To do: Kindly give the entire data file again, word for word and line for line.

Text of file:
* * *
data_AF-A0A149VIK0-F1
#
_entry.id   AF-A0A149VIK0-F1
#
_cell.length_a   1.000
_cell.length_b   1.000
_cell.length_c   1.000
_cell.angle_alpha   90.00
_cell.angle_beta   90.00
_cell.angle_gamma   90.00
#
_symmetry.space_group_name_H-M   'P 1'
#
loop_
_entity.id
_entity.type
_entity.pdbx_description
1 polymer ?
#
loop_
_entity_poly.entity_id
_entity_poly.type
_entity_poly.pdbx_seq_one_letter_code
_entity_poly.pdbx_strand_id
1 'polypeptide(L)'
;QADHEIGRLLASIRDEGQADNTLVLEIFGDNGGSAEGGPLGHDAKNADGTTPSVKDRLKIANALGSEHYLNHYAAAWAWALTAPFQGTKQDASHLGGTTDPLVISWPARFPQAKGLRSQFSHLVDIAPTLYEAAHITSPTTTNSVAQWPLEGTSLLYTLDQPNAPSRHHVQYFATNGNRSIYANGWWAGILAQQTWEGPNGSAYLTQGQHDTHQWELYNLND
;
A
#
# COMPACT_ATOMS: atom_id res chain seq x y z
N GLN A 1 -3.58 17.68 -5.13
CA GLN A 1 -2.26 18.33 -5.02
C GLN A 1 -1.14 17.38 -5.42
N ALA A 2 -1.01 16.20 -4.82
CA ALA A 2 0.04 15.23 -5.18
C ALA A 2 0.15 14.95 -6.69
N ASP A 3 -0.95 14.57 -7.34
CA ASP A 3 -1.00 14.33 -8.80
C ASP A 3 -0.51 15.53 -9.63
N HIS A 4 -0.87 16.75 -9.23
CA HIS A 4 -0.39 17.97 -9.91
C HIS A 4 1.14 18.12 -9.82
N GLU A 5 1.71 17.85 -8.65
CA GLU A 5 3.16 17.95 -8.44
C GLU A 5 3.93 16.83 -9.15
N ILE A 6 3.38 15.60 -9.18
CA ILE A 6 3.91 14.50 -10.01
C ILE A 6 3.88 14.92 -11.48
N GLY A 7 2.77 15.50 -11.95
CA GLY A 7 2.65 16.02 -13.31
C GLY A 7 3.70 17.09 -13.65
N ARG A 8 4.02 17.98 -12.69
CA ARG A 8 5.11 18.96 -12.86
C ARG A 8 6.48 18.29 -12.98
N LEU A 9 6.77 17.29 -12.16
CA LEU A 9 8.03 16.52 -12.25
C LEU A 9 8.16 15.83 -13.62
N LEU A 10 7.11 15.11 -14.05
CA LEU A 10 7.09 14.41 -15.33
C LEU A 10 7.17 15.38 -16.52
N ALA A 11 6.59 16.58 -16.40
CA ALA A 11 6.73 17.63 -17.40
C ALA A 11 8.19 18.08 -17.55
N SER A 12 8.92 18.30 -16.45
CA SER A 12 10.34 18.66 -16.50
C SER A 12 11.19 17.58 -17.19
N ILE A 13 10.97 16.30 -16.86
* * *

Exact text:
data_AF-A0A149VIK0-F1
#
_entry.id   AF-A0A149VIK0-F1
#
_cell.length_a   1.000
_cell.length_b   1.000
_cell.length_c   1.000
_cell.angle_alpha   90.00
_cell.angle_beta   90.00
_cell.angle_gamma   90.00
#
_symmetry.space_group_name_H-M   'P 1'
#
loop_
_entity.id
_entity.type
_entity.pdbx_description
1 polymer ?
#
loop_
_entity_poly.entity_id
_entity_poly.type
_entity_poly.pdbx_seq_one_letter_code
_entity_poly.pdbx_strand_id
1 'polypeptide(L)'
;QADHEIGRLLASIRDEGQADNTLVLEIFGDNGGSAEGGPLGHDAKNADGTTPSVKDRLKIANALGSEHYLNHYAAAWAWALTAPFQGTKQDASHLGGTTDPLVISWPARFPQAKGLRSQFSHLVDIAPTLYEAAHITSPTTTNSVAQWPLEGTSLLYTLDQPNAPSRHHVQYFATNGNRSIYANGWWAGILAQQTWEGPNGSAYLTQGQHDTHQWELYNLND
;
A
#
# COMPACT_ATOMS: atom_id res chain seq x y z
N GLN A 1 -3.58 17.68 -5.13
CA GLN A 1 -2.26 18.33 -5.02
C GLN A 1 -1.14 17.38 -5.42
N ALA A 2 -1.01 16.20 -4.82
CA ALA A 2 0.04 15.23 -5.18
C ALA A 2 0.15 14.95 -6.69
N ASP A 3 -0.95 14.57 -7.34
CA ASP A 3 -1.00 14.33 -8.80
C ASP A 3 -0.51 15.53 -9.63
N HIS A 4 -0.87 16.75 -9.23
CA HIS A 4 -0.39 17.97 -9.91
C HIS A 4 1.14 18.12 -9.82
N GLU A 5 1.71 17.85 -8.65
CA GLU A 5 3.16 17.95 -8.44
C GLU A 5 3.93 16.83 -9.15
N ILE A 6 3.38 15.60 -9.18
CA ILE A 6 3.91 14.50 -10.01
C ILE A 6 3.88 14.92 -11.48
N GLY A 7 2.77 15.50 -11.95
CA GLY A 7 2.65 16.02 -13.31
C GLY A 7 3.70 17.09 -13.65
N ARG A 8 4.02 17.98 -12.69
CA ARG A 8 5.11 18.96 -12.86
C ARG A 8 6.48 18.29 -12.98
N LEU A 9 6.77 17.29 -12.16
CA LEU A 9 8.03 16.52 -12.25
C LEU A 9 8.16 15.83 -13.62
N LEU A 10 7.11 15.11 -14.05
CA LEU A 10 7.09 14.41 -15.33
C LEU A 10 7.17 15.38 -16.52
N ALA A 11 6.59 16.58 -16.40
CA ALA A 11 6.73 17.63 -17.40
C ALA A 11 8.19 18.08 -17.55
N SER A 12 8.92 18.30 -16.45
CA SER A 12 10.34 18.66 -16.50
C SER A 12 11.19 17.58 -17.19
N ILE A 13 10.97 16.30 -16.86